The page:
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National Farmers Union

Volume 930: debated on Thursday 21 April 1977

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asked the Minister of Agriculture, Fisheries and Food what recent consultations he has had with the National Farmers Union.

Is the Minister aware that with each of these consultations the confidence of British farmers in him appears to grow steadily less, especially when they compare his attempted assurances with the kind of speech he made in Grimsby earlier this week? Is it not time that both he and his hon. Friend stated the truth—that British consumers have an overriding interest in a healthy and confident British farming industry—and acted accordingly?

That was a very vague and wide supplementary question. My speech in Grimsby was almost entirely devoted to an attack upon the Conservative Party, and, as we all know, farmers are Labour voters to a man. As for retaining their confidence, that will, I hope and trust, be retained by a policy which is fair to them, to the consumer and to the housewife who buys their food products. If the policy is fair to them, we shall not only have the right quantity of food produced at the right price but the right consumption of that food. That is exactly what I am after.

Is my right hon. Friend aware that the firm stand he is taking against higher food prices is receiving the support of everyone in the country except the Tory Front Bench? Is he also aware that he will receive even further support if he resists any further increases in food prices?

I certainly believe that there is very strong feeling in the country about food prices, but I would not say that the whole Tory Front Bench—what there is of it present at the moment—is definitely against lower or reasonable food prices. Here and there there may be someone, not present today, who may actually be in favour of reasonable food prices.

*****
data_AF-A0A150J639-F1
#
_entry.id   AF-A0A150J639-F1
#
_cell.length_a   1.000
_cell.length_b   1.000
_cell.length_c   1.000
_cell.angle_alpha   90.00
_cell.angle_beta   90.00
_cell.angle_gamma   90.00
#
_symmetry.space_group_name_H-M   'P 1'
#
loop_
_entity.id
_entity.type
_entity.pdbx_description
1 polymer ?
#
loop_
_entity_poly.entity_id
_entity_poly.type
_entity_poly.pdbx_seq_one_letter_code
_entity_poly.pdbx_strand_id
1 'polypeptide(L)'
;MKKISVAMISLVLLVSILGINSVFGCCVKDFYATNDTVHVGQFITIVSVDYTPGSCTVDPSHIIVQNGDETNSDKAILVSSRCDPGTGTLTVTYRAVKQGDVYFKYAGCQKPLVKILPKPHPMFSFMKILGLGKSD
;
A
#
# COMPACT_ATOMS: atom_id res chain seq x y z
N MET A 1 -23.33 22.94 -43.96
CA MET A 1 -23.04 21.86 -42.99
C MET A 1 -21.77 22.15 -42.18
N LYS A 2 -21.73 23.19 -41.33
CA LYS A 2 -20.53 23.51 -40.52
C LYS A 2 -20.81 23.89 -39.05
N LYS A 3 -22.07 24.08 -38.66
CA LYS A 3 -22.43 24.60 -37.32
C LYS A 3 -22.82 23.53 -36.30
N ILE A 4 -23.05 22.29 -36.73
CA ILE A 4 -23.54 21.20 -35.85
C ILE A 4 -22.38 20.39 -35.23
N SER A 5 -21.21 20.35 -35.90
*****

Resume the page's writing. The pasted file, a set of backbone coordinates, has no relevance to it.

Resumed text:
Did the Council of the National Farmers Union yesterday explain to the Minister that it is worried that his posturings in Brussels are souring the British position and will make it much more difficult to deal with important issues such as fisheries and the future of the marketing boards? Did he explain to the farmers just how, as he goes about the country saying that he still subscribes to the aims of the White Paper "Food from Our Own Resources", he intends to fulfil those targets?

The answer to the second question is "Yes, I did" As to the first, farmers are kind, courteous, hospitable people and would not have dreamed of discussing fisheries with me. As for the point about souring our relations, I can only say that I am after something reasonable for our own farmers and producers and for the British housewife. I am interested to note that my efforts are not going totally unrewarded in Europe. Mr. Gundelach said yesterday that he had made an offer to us which was without precedent in the history of the Community and which took into account the special problems of the United Kingdom consumer. Clearly, therefore, I have an ally now.